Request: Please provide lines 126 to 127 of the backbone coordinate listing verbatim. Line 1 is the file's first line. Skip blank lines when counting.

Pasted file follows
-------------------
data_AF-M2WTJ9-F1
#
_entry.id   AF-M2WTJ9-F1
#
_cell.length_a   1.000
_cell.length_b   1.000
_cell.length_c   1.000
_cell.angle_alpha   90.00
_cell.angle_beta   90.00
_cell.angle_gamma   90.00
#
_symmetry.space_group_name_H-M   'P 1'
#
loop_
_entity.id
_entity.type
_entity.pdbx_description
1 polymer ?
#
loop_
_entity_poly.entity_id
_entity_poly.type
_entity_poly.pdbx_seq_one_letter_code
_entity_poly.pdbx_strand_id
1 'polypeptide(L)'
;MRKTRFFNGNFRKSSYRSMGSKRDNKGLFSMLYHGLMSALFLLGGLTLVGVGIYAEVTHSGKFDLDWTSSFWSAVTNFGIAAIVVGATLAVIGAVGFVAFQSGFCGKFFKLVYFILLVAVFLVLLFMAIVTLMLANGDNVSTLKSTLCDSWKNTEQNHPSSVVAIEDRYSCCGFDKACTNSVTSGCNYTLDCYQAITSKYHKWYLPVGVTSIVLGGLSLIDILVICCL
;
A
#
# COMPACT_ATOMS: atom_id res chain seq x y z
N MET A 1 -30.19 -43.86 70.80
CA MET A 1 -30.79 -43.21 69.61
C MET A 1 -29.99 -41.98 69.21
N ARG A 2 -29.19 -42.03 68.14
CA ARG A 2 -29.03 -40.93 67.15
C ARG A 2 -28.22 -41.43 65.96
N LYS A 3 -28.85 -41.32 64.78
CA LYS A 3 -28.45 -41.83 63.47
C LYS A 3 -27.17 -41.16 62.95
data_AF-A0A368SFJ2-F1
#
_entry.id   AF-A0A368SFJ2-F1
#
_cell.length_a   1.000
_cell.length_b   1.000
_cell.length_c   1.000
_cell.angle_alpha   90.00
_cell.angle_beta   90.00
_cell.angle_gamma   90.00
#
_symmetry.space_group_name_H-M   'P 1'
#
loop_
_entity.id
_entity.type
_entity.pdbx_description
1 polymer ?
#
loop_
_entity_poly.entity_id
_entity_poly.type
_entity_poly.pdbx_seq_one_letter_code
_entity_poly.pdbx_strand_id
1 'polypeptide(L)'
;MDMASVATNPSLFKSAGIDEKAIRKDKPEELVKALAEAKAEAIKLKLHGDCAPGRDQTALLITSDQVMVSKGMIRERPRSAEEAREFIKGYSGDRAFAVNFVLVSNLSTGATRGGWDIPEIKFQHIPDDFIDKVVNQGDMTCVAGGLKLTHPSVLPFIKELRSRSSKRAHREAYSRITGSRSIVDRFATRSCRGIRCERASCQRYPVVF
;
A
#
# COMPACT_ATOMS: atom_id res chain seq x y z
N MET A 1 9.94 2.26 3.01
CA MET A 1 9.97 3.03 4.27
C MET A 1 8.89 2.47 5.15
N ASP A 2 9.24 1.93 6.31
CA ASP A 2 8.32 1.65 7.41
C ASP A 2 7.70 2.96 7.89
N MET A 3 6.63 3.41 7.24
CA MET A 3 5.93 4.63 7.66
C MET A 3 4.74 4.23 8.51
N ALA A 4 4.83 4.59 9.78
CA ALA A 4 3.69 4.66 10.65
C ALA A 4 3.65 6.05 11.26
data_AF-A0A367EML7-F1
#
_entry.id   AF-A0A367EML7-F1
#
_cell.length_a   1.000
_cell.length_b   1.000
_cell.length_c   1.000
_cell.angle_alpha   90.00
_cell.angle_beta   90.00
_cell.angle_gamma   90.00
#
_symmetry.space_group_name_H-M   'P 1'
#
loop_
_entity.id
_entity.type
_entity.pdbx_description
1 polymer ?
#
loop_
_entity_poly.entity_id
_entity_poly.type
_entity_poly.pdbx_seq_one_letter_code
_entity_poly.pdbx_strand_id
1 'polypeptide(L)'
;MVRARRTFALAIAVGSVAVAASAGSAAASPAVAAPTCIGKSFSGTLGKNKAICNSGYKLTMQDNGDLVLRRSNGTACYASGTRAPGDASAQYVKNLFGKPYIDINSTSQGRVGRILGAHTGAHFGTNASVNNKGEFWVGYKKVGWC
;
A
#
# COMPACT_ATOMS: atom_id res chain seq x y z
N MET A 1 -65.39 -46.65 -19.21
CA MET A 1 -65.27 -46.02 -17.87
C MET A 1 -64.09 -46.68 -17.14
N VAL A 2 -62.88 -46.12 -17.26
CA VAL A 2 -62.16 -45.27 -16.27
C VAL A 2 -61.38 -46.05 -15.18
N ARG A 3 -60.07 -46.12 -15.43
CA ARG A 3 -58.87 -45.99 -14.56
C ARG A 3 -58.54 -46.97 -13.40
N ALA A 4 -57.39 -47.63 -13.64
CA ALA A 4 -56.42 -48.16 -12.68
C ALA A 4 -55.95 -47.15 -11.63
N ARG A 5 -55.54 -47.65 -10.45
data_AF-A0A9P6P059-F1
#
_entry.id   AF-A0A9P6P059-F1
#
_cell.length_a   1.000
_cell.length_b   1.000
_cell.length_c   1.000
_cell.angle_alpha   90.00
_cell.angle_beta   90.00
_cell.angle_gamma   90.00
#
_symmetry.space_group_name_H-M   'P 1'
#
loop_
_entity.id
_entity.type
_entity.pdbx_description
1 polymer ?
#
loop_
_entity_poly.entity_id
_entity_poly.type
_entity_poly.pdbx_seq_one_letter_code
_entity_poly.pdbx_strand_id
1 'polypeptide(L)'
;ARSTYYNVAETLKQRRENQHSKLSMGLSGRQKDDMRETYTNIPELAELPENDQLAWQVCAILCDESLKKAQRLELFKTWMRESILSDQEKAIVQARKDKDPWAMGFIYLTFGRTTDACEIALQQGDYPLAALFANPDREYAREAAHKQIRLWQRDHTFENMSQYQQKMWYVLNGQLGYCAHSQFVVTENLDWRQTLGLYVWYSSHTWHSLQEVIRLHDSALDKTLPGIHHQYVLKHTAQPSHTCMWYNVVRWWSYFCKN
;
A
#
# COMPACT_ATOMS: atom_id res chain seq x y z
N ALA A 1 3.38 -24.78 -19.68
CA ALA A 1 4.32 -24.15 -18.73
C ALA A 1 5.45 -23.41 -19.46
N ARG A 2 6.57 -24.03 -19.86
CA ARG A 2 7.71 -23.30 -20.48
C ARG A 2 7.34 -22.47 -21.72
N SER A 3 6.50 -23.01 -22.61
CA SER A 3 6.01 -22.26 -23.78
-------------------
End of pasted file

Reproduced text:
#
_entry.id   AF-A0A9P6P059-F1